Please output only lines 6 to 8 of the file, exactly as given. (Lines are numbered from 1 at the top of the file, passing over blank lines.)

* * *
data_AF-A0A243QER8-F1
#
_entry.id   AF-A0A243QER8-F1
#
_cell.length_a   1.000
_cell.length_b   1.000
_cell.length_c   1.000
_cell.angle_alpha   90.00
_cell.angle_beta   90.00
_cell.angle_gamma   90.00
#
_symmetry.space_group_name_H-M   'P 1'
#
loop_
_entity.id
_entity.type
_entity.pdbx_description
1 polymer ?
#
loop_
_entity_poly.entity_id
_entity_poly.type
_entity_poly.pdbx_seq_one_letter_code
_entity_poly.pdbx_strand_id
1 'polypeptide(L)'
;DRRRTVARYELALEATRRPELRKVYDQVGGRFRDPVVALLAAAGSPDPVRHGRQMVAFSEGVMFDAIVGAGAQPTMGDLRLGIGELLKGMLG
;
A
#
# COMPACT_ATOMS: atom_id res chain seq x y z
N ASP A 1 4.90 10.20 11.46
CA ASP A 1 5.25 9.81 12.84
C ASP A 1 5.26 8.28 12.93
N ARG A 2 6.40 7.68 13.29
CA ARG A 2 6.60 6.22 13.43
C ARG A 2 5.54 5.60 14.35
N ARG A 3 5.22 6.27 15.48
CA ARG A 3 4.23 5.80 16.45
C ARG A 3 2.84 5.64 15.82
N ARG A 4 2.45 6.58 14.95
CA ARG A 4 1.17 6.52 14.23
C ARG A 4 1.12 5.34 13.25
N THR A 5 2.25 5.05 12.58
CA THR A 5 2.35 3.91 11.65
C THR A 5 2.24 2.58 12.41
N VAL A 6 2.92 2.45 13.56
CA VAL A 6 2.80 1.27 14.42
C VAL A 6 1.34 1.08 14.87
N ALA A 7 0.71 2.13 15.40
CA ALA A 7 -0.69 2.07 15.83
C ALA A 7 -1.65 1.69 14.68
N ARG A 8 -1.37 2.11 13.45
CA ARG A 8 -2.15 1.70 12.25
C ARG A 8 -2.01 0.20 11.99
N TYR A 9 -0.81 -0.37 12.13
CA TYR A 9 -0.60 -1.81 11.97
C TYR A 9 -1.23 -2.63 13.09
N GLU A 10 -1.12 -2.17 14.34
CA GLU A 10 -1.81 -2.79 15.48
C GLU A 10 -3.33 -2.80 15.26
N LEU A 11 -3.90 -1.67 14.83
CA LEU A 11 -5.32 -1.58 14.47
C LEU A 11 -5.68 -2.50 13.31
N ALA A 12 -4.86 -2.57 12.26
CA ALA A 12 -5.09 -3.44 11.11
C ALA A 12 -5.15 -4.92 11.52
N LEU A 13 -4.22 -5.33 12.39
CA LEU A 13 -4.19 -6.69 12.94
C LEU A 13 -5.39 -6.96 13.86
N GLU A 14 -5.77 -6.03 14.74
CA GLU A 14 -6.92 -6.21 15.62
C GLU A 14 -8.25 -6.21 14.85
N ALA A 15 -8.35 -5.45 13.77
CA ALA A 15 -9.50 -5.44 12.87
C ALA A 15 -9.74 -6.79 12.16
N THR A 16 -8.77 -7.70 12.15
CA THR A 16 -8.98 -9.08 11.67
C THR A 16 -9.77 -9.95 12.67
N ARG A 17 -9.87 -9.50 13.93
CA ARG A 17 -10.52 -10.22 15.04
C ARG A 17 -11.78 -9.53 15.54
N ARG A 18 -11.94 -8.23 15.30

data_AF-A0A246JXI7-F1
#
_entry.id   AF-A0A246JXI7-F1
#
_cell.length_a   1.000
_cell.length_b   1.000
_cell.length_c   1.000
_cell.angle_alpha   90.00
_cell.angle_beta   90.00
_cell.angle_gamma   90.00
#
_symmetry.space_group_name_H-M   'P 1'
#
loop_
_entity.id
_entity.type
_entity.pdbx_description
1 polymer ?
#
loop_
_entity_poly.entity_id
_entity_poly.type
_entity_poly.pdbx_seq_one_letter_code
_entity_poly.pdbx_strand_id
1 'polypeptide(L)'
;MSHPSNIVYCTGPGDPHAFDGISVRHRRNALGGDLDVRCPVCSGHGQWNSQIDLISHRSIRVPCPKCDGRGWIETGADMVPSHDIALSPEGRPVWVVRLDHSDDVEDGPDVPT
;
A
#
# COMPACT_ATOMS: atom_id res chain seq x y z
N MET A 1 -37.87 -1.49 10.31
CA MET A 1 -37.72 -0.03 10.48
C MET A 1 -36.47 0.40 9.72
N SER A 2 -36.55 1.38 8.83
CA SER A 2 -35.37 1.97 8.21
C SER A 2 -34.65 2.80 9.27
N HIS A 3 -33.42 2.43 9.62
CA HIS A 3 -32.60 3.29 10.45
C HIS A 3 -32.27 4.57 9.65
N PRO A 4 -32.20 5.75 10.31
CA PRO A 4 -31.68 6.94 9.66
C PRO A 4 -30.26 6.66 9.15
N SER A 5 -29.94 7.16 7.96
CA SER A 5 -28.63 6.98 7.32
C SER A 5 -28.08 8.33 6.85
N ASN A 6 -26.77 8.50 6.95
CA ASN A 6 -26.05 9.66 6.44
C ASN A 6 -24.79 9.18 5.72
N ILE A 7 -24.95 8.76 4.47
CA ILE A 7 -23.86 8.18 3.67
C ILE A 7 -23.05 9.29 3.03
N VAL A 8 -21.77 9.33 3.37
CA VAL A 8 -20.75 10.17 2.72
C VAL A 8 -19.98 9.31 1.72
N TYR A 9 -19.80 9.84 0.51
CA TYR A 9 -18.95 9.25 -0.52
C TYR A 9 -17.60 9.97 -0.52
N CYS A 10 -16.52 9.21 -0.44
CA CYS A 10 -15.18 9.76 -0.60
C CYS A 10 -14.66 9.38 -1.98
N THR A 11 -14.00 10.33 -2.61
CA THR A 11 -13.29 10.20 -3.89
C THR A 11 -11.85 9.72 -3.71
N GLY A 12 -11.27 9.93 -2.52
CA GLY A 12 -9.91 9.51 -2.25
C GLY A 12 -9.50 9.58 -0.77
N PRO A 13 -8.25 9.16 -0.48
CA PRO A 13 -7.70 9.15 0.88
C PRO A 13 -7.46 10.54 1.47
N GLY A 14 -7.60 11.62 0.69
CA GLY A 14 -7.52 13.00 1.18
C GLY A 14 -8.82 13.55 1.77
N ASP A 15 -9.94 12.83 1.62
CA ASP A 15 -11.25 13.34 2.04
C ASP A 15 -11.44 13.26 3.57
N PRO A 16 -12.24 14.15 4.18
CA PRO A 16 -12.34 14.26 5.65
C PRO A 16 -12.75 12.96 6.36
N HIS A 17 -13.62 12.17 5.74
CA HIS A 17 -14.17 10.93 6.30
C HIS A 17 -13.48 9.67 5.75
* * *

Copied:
_cell.length_b   1.000
_cell.length_c   1.000
_cell.angle_alpha   90.00